The Telegraph Sports Book Awards winners 2019
Posted on June 5, 2019 by alice. More news
Ben Ryan and Peter Crouch win big at The Telegraph Sports Book Awards, as Dame Kelly Holmes takes home the inaugural Sports Health and Fitness Book of the Year award.
Ben Ryan picked up two awards, winning Heineken’s Rugby Book of the Year, as well as the night’s big prize, as Sevens Heaven also won The Telegraph Sports Book of the Year, selected from a shortlist of all 2019’s winning category books. The judges came to a unanimous decision, with the Chair of Rugby Judges, Alan Pearey calling it “one of the best Rugby books ever written, shedding a fascinating light on the issues affecting Fijian Rugby, and accounting how he turned a hugely-gifted, but poorly prepared group of players into back-to-back World Series Champions and Olympic Gold Medalists”.
Peter Crouch was a runaway winner for the Sports Bestseller of 2018, with ghost writer and fellow podcaster Tom Fordyce collecting on his behalf. This was Tom’s second award of the night, ghost writing both Peter Crouch and Ben Ryan’s prize-winning books. Peter Crouch’s How to Be a Footballer captured the public’s imagination, thanks to his hilarious and brilliantly self-deprecating style, and his unadulterated insight into the world of the modern footballer.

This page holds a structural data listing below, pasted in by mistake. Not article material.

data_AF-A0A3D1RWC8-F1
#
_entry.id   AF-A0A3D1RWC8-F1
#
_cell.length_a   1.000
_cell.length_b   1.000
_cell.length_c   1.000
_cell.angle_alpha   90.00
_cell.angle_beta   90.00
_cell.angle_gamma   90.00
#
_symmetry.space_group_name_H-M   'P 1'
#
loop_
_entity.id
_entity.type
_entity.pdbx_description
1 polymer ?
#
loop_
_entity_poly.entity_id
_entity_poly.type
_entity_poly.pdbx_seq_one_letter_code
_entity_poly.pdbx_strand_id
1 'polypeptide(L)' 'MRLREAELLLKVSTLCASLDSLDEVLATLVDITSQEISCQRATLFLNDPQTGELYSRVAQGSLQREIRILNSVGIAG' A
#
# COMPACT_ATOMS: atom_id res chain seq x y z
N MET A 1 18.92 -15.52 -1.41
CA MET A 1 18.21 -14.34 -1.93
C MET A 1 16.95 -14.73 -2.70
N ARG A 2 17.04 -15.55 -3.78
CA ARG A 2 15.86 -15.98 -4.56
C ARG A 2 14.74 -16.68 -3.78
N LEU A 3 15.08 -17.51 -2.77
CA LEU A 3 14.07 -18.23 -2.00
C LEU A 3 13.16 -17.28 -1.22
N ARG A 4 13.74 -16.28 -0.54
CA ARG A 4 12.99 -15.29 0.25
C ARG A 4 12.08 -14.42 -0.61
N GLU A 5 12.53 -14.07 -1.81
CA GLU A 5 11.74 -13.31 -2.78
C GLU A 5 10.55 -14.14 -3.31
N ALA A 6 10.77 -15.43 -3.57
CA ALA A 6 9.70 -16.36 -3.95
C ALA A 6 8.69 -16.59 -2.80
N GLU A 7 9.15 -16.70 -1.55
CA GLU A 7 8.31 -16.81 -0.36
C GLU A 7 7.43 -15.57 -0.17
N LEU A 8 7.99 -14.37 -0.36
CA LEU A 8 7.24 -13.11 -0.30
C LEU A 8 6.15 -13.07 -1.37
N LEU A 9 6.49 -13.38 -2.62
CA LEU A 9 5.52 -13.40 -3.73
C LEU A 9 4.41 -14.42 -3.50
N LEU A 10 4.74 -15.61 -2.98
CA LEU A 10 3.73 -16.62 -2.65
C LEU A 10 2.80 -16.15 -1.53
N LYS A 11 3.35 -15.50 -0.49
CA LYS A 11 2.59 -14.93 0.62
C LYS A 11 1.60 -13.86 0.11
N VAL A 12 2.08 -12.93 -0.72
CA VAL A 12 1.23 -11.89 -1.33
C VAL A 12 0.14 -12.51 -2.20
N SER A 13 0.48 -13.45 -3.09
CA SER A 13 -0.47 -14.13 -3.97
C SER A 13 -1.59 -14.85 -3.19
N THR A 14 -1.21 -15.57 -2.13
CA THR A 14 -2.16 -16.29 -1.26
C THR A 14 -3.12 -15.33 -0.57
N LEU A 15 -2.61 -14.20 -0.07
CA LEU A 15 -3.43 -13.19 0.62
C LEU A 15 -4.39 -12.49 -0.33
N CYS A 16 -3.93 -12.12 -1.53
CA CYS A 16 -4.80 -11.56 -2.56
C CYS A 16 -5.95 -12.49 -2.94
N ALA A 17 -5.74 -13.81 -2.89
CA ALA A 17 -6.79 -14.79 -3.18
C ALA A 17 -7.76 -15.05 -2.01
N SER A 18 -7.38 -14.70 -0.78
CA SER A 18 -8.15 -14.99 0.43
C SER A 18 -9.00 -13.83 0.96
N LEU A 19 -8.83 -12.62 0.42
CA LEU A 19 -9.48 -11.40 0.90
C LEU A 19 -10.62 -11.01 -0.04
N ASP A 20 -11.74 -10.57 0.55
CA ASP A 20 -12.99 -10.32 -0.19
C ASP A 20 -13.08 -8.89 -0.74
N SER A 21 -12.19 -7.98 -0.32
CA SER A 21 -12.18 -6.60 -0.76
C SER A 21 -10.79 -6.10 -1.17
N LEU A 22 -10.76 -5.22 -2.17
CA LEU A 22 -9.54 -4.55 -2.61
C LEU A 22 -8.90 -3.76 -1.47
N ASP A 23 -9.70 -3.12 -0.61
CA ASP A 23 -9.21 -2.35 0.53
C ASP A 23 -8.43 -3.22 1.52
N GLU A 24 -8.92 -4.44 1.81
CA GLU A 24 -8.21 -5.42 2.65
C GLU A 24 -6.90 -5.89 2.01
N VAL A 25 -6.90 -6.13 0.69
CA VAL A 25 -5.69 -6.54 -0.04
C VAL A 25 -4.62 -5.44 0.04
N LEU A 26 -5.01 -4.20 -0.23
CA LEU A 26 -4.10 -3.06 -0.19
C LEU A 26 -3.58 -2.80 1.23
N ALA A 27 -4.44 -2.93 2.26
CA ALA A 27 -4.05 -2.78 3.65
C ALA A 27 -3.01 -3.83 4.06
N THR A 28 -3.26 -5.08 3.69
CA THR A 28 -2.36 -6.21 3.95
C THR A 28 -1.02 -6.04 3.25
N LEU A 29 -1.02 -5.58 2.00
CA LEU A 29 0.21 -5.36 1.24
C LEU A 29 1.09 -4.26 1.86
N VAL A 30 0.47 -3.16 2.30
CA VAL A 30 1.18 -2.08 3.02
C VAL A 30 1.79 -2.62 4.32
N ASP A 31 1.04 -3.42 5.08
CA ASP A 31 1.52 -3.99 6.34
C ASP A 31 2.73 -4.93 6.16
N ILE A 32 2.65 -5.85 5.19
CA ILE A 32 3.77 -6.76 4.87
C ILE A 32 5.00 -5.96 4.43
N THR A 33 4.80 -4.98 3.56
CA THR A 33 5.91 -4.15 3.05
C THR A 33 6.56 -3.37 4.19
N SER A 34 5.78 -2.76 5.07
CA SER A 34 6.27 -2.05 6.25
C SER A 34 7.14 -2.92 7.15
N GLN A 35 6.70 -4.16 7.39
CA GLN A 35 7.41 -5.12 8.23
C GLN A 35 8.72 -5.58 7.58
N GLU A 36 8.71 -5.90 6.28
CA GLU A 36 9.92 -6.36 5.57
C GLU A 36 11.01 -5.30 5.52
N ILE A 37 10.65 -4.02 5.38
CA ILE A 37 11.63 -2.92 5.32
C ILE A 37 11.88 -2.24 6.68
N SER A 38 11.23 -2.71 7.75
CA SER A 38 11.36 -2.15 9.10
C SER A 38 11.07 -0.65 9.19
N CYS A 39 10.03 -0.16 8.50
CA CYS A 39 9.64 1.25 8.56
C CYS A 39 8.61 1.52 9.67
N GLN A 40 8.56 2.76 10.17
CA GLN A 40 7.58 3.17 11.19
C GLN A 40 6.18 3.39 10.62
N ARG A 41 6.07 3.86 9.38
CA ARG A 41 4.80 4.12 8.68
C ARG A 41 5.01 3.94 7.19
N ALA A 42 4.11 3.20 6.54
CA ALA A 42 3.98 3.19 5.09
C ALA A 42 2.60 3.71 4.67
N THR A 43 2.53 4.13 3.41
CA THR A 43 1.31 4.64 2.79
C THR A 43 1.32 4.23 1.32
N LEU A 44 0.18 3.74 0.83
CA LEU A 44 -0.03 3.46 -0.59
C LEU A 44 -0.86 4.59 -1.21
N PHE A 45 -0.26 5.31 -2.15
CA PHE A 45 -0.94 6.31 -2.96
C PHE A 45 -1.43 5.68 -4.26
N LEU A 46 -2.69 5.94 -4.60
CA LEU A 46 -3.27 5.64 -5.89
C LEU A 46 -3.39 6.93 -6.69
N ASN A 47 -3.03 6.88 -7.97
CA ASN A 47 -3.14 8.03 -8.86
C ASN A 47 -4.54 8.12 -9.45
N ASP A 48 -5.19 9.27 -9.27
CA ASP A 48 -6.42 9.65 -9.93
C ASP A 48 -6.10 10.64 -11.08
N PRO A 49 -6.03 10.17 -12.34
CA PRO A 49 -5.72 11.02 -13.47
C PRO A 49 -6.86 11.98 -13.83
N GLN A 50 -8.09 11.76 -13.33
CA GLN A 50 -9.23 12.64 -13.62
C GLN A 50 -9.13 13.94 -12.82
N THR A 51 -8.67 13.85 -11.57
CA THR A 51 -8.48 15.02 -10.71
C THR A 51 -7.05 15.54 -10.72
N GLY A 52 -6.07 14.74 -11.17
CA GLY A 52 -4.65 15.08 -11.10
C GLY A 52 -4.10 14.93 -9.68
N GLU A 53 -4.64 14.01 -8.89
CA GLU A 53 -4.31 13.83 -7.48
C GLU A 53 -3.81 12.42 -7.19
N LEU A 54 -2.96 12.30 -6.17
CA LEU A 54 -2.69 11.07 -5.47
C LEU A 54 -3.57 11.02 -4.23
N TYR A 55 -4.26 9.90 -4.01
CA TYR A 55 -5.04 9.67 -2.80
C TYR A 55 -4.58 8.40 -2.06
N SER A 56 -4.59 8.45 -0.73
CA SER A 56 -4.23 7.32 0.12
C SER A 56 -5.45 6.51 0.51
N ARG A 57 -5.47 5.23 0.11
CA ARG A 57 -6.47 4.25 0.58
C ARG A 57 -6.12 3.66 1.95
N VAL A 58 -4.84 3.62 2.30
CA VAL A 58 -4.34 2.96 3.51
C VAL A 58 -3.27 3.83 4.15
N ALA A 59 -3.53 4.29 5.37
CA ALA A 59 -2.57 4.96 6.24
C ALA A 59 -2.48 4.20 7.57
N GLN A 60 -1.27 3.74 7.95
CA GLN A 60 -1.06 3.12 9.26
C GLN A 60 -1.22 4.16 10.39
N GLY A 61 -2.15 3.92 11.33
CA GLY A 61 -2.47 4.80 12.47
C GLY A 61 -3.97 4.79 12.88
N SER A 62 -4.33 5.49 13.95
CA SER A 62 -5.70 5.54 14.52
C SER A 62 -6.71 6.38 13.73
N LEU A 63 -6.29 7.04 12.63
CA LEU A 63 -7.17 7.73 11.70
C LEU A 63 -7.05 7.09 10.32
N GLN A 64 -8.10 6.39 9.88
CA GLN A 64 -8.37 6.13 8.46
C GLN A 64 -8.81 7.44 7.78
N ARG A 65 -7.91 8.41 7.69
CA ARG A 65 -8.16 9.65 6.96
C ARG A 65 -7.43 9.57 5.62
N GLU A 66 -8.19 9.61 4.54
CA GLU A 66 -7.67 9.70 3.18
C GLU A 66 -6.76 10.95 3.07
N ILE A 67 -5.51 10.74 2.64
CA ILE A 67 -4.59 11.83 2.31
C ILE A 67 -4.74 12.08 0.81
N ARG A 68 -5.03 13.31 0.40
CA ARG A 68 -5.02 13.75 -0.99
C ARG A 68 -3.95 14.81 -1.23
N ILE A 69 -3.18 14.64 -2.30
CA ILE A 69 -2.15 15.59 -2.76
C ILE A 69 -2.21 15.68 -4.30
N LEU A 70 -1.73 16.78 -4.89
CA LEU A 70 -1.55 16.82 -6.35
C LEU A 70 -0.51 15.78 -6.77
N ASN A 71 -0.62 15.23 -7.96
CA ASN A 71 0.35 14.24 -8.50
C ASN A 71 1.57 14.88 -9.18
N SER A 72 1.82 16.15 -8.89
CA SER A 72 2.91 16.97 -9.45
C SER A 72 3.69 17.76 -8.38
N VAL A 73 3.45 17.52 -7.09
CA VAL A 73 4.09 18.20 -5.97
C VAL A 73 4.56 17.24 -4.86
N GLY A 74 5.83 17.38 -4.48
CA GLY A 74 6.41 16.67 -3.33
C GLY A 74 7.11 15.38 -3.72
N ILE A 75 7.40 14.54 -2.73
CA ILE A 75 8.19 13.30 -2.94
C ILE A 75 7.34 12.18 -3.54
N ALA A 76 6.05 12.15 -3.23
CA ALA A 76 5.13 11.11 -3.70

The inaugural Sports Health and Fitness Book of the Year was picked up by Dame Kelly Holmes for her inspirational book on the mental health benefits of the Running Life. Dame Kelly Holmes spoke gracefully after her shortlisting, stating “It’s really great to be shortlisted. I hope the book is seen as a sports book with a difference. I doubt whether there has ever been a sports book with a mental health and mindset section, which is also the leading message for self-help to anyone involved in sport. I’d like to thank the Sports Book Awards for the platform to speak about mental health awareness in sport.”